Klumpke’s Palsy is a type of paralysis that affects the muscles of the hand and the forearm. Klumpke’s Palsy is caused by a lower brachial plexus injury, usually sustained during difficulties with the birthing process, which is the result of the C8 and T1 nerves being injured before or after the formation of the lower trunk of the spinal nerves. However, injuries to the brachial plexus can occur at any time and are not limited to children in the process of being birthed. Currently, Klumpke’s Palsy is classified as a rare disease by the National Institute of Health’s Office of Rare Diseases Research, which means it affects fewer than 200,000 people in the United States.
Types of Injuries that Lead to Klumpke’s Palsy
Injuries to the brachial plexus can be categorized into four types of severity. From the most severe to the least, these categories are avulsion, rupture, neuroma and neuropraxia.
If the spinal nerves are torn completely from the spine, this is known as avulsion.
The nerves are considered ruptured if they are torn anywhere except for the place where they attach to the spine.
Neuroma occurs when the spinal nerves tear but then heal and form scar tissue. The scar tissue presses against the injured nerves and impedes the ability of those nerves to transmit signals to the muscles of the arm and hand.
A neuropraxia injury, also known as a stretch injury, occurs when the spinal nerves are injured but have not been torn. These injuries are the most common of all brachial plexus injuries that lead to Klumpke’s Palsy.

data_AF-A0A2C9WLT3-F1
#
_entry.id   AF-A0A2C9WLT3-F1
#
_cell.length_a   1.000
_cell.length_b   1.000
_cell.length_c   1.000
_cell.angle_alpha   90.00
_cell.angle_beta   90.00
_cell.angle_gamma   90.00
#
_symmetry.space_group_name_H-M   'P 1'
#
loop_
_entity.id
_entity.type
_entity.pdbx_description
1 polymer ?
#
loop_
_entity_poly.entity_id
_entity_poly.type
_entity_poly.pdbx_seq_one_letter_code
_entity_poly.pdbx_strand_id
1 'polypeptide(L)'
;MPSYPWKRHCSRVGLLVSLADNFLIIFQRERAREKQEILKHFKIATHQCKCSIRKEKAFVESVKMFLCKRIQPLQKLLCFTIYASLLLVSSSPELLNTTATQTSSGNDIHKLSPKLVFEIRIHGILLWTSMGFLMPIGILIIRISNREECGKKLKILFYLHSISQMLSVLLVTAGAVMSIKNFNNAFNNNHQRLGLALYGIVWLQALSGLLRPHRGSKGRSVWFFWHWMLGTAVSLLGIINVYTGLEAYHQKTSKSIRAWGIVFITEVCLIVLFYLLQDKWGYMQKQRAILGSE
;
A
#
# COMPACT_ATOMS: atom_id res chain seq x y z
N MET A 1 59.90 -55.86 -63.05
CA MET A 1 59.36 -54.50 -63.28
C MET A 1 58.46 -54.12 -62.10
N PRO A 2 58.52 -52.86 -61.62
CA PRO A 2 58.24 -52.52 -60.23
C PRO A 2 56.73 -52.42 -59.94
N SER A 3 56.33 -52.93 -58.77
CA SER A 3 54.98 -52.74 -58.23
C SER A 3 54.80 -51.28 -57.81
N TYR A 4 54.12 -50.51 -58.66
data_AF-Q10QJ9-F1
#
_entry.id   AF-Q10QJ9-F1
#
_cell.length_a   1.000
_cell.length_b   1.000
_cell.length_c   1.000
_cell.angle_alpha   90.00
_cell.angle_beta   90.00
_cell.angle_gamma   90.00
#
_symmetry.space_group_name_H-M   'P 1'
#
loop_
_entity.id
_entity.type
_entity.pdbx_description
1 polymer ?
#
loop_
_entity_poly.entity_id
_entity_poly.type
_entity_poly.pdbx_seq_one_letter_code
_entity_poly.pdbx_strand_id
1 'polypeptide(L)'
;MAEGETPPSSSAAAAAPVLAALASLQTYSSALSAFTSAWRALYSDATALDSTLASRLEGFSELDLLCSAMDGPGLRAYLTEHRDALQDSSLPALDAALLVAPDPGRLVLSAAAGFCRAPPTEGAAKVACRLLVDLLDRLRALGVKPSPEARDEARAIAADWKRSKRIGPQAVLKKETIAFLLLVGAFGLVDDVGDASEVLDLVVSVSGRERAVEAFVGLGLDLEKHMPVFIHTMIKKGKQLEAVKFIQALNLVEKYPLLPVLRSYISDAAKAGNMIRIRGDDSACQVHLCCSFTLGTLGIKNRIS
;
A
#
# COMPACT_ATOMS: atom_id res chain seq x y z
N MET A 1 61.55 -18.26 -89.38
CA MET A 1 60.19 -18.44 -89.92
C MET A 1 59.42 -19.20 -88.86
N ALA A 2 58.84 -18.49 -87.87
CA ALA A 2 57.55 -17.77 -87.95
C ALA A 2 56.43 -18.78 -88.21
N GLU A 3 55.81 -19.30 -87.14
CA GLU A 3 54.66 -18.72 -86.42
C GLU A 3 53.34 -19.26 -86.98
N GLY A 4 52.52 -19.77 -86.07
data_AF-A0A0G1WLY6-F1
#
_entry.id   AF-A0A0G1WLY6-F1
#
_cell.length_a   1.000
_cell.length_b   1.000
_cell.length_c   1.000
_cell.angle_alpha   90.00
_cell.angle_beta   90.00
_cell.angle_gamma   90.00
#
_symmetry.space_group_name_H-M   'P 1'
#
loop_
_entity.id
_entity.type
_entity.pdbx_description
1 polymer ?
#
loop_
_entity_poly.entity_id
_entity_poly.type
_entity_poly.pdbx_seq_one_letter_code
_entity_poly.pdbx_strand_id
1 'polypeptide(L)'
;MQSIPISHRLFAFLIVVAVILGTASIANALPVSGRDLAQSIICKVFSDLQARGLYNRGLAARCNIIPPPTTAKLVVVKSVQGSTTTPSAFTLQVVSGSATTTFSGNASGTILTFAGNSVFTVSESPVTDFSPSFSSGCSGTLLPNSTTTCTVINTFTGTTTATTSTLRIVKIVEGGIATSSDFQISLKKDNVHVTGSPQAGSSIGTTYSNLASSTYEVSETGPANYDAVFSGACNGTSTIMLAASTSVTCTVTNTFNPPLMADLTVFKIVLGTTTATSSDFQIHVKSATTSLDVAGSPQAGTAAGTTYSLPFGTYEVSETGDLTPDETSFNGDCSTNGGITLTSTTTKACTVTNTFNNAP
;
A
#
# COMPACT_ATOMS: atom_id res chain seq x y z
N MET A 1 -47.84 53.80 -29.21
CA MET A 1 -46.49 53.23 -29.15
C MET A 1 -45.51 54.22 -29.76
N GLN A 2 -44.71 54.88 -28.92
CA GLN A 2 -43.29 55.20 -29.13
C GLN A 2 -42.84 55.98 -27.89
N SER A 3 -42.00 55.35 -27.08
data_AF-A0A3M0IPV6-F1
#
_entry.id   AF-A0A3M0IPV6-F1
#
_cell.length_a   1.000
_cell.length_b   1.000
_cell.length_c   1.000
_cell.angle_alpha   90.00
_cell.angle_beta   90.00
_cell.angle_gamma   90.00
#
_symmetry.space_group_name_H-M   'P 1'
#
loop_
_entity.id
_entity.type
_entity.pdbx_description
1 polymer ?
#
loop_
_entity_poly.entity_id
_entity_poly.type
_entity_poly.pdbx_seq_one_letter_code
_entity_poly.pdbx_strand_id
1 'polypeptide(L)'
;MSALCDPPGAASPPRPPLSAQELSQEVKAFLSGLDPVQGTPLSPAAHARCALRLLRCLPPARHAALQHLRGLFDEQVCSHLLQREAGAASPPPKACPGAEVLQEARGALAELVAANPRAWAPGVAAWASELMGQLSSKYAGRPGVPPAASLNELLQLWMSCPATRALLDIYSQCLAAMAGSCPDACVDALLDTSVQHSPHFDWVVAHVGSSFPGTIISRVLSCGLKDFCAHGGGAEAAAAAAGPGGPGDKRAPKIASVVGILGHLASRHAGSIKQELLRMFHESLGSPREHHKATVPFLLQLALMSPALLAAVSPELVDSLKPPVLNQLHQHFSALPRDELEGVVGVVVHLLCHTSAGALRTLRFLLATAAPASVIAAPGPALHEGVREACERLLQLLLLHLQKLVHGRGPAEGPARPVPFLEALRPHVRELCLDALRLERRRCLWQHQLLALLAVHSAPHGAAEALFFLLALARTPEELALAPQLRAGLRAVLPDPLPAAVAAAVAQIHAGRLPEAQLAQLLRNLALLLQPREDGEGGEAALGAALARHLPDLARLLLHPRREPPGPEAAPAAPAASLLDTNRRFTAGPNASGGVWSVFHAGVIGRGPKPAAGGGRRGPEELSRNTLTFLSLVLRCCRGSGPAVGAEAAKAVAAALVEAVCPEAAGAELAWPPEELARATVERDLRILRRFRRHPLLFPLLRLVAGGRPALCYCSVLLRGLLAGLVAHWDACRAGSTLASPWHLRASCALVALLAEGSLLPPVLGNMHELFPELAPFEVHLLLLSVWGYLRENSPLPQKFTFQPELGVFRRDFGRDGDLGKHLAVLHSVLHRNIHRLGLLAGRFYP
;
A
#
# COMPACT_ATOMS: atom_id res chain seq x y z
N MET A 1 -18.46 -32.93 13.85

Risk Factors that can lead to Klumpke’s Palsy
The primary cause of Klumpke’s Palsy is a traumatic vaginal delivery. If the baby is pulled from the birth canal by the arm or suffers an impacted shoulder, this will result in a higher risk for Klumpke’s Palsy. The risk for complications is further augmented when the mother is below average in size and the child is abnormally large.
Short Term and Long Term Effects of Klumpke’s Palsy
Klumpke’s Palsy can cause what is known as “claw hand,” which is where the fourth and fifth fingers of the hand curl back towards the wrist. Klumpke’s Palsy also causes paralysis or numbness in the arm and hand. Klumpke’s Palsy is recognizable in children who have a limp, drooping or paralyzed arm, a lack of muscle control in the hand, arm or wrist and a lack of sensation and feeling in the hand, arm or wrist.
Treating Klumpke’s Palsy
The only way to treat avulsion and rupture injuries is to reattach the torn nerves by performing a prompt surgical procedure. Injuries caused by neuroma or neuropraxia might heal without any additional treatment, but in many cases surgery or physical therapy is needed. An average recovery timetable for a child who has suffered a neuroma or neuropraxia injury, according to the National Institute of Health, is about three to four months.
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